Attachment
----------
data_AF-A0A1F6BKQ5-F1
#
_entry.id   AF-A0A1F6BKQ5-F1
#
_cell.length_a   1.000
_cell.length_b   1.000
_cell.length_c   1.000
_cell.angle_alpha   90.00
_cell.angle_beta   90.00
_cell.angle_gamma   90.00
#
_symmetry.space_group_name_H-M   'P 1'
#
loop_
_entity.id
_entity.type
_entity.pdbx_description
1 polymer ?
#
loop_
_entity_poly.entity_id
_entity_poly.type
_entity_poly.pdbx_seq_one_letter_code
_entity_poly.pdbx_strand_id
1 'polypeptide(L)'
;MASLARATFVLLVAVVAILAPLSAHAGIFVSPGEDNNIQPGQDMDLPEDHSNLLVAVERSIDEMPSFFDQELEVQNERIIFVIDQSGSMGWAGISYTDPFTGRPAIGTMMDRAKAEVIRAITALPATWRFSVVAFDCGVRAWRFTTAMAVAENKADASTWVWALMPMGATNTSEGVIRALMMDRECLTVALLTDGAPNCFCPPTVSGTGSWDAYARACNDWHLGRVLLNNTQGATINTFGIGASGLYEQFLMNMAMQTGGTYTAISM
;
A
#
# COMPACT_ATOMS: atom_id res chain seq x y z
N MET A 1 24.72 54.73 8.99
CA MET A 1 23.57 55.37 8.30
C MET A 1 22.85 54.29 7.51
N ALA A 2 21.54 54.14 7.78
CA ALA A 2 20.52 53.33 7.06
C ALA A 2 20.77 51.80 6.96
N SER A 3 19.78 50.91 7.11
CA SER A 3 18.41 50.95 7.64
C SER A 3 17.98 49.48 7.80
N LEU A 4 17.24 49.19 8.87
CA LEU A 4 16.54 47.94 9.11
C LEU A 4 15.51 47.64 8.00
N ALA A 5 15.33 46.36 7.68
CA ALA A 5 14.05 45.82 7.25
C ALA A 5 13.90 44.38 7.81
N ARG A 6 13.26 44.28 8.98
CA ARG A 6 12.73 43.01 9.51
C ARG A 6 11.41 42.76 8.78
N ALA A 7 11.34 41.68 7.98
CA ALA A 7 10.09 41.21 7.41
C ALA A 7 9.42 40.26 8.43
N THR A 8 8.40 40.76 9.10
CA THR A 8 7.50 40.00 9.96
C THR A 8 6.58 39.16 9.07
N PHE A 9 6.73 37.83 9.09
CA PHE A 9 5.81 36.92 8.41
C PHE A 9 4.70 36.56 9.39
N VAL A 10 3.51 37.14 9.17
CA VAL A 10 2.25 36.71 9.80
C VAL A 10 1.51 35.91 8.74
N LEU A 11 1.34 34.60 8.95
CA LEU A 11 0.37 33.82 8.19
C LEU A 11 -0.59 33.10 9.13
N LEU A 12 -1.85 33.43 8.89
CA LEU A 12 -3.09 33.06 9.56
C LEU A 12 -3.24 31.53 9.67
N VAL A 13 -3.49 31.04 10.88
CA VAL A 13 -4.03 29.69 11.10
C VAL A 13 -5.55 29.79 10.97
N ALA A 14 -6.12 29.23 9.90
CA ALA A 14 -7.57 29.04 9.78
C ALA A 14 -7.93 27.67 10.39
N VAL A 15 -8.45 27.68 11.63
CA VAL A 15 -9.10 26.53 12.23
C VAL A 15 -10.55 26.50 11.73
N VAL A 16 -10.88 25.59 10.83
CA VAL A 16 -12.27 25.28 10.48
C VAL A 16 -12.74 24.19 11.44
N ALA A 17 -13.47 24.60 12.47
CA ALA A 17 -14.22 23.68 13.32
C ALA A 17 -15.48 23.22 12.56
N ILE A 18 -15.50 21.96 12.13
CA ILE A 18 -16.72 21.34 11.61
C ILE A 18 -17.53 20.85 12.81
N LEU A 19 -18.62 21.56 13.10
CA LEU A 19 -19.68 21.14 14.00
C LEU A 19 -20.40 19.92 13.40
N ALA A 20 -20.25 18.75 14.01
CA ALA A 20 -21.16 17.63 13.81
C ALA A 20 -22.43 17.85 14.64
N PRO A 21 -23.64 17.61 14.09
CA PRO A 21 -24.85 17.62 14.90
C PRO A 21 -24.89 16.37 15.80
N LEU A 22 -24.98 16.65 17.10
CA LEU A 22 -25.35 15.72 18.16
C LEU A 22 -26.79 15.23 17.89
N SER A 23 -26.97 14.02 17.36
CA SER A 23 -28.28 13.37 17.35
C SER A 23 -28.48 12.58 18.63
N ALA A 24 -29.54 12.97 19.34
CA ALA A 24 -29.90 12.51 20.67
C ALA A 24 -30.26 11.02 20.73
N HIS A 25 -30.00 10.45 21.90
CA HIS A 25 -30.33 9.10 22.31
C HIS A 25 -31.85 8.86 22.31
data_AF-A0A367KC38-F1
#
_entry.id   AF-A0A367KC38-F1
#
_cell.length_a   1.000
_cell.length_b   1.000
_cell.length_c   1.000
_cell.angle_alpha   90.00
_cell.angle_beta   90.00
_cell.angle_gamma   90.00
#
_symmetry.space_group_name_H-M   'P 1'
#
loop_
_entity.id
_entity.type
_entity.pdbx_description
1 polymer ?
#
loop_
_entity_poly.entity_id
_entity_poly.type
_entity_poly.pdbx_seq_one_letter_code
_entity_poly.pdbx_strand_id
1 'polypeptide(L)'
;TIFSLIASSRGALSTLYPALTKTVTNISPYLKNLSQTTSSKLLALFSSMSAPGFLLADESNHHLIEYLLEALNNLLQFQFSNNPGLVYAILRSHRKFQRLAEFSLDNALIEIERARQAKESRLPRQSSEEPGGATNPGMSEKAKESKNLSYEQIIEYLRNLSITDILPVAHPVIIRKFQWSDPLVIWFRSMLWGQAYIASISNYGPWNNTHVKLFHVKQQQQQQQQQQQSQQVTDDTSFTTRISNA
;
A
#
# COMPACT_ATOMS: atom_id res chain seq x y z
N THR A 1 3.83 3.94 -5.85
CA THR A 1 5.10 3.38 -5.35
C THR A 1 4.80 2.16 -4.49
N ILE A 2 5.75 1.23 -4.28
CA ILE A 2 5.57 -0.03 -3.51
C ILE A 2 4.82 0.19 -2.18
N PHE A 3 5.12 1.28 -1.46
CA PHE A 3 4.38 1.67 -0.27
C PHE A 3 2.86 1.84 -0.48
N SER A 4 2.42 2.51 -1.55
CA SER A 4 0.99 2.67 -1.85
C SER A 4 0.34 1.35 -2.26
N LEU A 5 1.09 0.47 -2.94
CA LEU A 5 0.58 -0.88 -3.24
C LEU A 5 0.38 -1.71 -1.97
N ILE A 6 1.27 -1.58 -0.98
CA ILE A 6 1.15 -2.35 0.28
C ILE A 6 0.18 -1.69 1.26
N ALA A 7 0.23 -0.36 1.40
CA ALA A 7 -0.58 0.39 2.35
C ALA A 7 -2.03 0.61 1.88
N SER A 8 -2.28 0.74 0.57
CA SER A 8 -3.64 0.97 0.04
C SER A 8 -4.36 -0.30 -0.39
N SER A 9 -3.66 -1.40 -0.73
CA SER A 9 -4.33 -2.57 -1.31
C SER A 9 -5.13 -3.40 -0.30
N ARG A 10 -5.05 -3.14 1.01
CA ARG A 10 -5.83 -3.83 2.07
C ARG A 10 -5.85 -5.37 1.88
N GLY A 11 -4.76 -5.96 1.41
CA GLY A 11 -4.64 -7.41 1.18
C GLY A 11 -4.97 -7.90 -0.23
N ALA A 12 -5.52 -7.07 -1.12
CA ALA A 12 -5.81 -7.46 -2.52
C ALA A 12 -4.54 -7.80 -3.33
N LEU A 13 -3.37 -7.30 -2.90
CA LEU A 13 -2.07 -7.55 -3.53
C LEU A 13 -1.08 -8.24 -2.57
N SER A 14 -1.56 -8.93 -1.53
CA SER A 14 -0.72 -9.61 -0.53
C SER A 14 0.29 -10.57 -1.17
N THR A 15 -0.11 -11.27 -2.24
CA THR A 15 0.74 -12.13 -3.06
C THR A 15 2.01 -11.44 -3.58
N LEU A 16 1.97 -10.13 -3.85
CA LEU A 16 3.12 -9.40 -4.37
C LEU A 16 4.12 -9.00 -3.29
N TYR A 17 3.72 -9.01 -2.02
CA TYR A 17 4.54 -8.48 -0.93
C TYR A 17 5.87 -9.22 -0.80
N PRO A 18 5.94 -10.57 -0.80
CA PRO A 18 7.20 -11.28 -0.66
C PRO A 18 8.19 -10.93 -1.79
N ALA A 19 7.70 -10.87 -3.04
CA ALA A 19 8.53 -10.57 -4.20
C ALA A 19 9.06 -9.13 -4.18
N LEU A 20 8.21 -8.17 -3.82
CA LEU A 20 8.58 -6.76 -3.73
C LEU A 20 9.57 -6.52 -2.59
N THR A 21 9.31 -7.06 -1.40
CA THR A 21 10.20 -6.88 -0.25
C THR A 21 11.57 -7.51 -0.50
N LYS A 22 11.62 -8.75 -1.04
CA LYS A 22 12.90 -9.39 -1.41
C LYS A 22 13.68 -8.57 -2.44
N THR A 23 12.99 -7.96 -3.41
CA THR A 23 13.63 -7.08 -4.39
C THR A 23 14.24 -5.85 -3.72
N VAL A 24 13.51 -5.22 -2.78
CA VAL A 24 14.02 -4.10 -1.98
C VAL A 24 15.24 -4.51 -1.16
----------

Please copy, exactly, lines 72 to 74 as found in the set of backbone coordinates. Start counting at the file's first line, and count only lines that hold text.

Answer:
C ALA A 14 -7.93 27.67 10.39
N VAL A 15 -8.45 27.68 11.63
CA VAL A 15 -9.10 26.53 12.23